A galaxy born just after the cosmic dark ages, when the universe was only about 330 million years old, may be the farthest cosmic object ever spotted, but the true nature of the object remains very much a mystery.
Two new studies, published on April 7, present the case that an astronomical object -- a galaxy -- could be up to 13.5 billion light-years away. They've dubbed it HD1 and, if confirmed, it would overtake the current record holder: GN-z11, a galaxy that sits about 13.39 billion light-years away.
HD1 was discovered with the help of a number of space- and ground-based telescopes, including NASA's Spitzer and Japan's Subaru telescope, situated at Hawaii's Mauna Kea Observatory. Yuichi Harikane, an astronomer at the University of Tokyo and lead author on one of the new studies, said the team searched among more than 700,000 objects to find HD1. He noted it was a surprising find that gave him goosebumps.
The galaxy appears super bright in UV and gives astronomers some clues about what is happening. The teams present two theories.
The first is that HD1 is a superpowered starburst galaxy. It could be so bright because it's producing stars at about 10 times the rate than expected for a traditional starburst galaxy and those stars might even be some of the earliest stars in the universe. They're known to shine brightly compared to other stars.
"If we assume the stars produced in HD1 are these first, or Population III, stars, then its properties could be explained more easily," said Fabio Pacucci, an astronomer at the Center for Astrophysics | Harvard & Smithsonian and lead author on one of the studies.
Alternatively, it might be a supermassive black hole feasting on gas and dust -- a violent process that creates a huge amount of light.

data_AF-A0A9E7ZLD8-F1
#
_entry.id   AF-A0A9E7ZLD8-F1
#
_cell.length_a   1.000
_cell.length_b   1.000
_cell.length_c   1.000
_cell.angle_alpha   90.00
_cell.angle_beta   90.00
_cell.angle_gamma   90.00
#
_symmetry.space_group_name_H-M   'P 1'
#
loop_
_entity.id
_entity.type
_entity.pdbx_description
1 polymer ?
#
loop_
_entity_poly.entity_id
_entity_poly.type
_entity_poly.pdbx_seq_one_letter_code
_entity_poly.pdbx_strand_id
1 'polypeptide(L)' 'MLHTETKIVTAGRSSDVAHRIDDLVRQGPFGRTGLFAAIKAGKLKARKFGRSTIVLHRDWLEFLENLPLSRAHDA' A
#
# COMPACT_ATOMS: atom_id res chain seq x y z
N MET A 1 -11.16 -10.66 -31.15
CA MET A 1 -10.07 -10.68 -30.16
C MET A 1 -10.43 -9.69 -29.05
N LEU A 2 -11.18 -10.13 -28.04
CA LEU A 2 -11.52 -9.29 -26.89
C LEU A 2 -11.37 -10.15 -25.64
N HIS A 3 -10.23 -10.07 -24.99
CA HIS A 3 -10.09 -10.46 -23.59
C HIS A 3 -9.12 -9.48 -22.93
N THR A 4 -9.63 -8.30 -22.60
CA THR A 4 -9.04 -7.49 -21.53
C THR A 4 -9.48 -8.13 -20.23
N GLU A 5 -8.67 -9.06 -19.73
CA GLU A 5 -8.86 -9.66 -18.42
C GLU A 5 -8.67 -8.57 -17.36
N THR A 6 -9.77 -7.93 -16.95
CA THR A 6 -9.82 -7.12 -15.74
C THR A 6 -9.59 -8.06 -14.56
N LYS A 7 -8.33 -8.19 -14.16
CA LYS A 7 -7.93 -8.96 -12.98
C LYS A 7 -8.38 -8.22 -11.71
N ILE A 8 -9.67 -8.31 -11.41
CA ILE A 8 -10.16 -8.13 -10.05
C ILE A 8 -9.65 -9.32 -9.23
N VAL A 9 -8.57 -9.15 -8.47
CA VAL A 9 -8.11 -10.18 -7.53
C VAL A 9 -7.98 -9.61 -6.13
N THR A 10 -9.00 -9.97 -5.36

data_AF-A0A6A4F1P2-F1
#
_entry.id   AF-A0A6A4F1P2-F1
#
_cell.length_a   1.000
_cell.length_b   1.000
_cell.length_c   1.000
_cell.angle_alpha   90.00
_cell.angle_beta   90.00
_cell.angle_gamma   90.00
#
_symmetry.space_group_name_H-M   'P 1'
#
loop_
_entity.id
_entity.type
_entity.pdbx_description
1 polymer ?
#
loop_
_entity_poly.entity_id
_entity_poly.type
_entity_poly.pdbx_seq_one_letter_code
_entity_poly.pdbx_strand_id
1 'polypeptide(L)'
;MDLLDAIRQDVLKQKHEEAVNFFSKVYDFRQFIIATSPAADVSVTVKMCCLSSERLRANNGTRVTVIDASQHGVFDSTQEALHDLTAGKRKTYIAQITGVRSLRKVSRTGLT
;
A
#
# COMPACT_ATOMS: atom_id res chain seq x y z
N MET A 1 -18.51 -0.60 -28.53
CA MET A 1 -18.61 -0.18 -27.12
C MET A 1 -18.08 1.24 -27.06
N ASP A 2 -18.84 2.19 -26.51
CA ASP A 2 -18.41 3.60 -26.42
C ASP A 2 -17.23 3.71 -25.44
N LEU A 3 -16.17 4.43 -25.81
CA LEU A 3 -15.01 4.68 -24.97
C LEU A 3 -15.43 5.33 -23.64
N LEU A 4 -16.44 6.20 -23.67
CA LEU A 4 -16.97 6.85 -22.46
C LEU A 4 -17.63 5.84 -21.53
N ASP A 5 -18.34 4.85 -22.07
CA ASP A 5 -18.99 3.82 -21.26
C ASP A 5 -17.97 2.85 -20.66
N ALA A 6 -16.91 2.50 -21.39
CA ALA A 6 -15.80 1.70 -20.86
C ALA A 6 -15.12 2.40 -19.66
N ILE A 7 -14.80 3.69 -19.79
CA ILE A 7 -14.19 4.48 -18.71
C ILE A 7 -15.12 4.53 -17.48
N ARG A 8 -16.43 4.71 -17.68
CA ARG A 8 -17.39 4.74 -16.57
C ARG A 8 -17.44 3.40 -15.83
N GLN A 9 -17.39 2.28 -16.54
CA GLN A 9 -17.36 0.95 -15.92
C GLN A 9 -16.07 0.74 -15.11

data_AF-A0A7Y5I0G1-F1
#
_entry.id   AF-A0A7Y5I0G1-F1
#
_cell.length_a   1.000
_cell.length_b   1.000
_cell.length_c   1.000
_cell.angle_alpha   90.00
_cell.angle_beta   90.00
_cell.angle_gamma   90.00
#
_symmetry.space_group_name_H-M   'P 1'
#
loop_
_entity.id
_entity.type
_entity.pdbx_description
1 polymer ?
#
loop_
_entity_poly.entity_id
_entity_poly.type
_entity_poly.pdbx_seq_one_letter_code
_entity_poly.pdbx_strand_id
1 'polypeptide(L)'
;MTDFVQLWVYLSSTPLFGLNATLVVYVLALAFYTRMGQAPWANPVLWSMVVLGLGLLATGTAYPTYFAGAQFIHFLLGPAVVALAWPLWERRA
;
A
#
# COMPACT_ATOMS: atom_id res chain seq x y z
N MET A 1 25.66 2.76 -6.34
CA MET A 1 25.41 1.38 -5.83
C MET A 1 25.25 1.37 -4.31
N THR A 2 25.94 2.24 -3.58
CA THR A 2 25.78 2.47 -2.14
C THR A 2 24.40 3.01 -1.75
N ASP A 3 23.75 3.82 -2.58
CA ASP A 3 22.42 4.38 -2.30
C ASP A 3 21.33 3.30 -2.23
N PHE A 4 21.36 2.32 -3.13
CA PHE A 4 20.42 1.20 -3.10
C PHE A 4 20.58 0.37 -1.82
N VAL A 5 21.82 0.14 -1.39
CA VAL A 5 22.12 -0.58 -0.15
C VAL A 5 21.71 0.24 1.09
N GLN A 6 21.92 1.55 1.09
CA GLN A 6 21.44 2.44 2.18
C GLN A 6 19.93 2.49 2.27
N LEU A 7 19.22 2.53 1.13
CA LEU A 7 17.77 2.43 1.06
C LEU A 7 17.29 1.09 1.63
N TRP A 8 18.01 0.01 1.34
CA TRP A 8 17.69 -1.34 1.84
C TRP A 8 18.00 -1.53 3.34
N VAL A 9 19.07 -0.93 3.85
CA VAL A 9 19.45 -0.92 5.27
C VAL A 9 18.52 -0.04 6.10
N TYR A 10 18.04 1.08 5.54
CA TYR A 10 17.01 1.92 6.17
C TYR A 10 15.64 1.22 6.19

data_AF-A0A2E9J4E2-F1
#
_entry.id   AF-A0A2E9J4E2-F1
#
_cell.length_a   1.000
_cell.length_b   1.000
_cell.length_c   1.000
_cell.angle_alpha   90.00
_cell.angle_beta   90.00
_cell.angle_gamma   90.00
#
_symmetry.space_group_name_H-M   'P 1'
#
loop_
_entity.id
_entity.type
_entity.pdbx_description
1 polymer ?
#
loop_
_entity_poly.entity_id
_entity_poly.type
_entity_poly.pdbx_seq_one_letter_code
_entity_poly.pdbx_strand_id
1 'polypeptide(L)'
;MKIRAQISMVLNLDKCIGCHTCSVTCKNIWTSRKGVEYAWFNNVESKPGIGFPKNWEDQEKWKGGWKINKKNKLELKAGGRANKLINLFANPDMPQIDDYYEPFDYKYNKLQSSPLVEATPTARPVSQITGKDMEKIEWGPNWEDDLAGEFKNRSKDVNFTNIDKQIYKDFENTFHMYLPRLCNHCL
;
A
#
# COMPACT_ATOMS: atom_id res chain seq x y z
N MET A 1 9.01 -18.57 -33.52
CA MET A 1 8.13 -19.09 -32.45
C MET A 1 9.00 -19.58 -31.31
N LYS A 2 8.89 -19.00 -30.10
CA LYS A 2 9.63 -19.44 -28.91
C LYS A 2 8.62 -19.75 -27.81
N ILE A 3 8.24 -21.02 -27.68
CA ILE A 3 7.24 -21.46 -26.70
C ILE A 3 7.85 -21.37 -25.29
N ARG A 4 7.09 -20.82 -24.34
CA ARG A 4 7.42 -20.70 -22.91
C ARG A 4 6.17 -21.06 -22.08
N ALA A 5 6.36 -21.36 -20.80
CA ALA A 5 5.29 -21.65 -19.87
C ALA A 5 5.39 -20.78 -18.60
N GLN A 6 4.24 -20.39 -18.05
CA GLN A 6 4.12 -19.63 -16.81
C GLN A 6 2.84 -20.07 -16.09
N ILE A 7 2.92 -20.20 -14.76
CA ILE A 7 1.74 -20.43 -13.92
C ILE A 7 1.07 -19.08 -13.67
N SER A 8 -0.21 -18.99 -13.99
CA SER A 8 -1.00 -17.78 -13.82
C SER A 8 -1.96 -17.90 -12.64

The paper also describes another very distant galaxy, HD2, but because it's not quite as far away it doesn't get as much of the limelight.
Michael Brown, an astronomer at Monash University in Australia not affiliated with the research, noted the team have done a "perfectly reasonable job at identifying these galaxies and trying to confirm their distances," but said, "there are reasons for caution."
Brown noted the method used to calculate the distance to the galaxy, known as redshift, can sometimes through up more than one solution. In this instance, the redshift for HD1 could be 13, which is what the team suggests, or it could be 4 -- which would mean the object is billions of light-years closer.
Confirmation of the galaxy's distance will provide the motivation to explore new physical processes in the early universe, Harikane noted, because "the existence of HD1 is not expected with the current theoretical models."
So how can we confirm, exactly, what HD1 is? More data, of course. Brown said NASA's, which is in the next few months, will be capable of examining HD1 and revealing just how far away it might be. Another NASA telescope, the Nancy Grace Roman Telescope, will also help elucidate the nature of HD1 but that's not due to launch until 2027 at the earliest.
And if you're looking for other distant space objects, why not try Earendel? NASA's Hubble recently spotted that star, the farthest star ever observed, at a distance of 12.9 billion light-years away.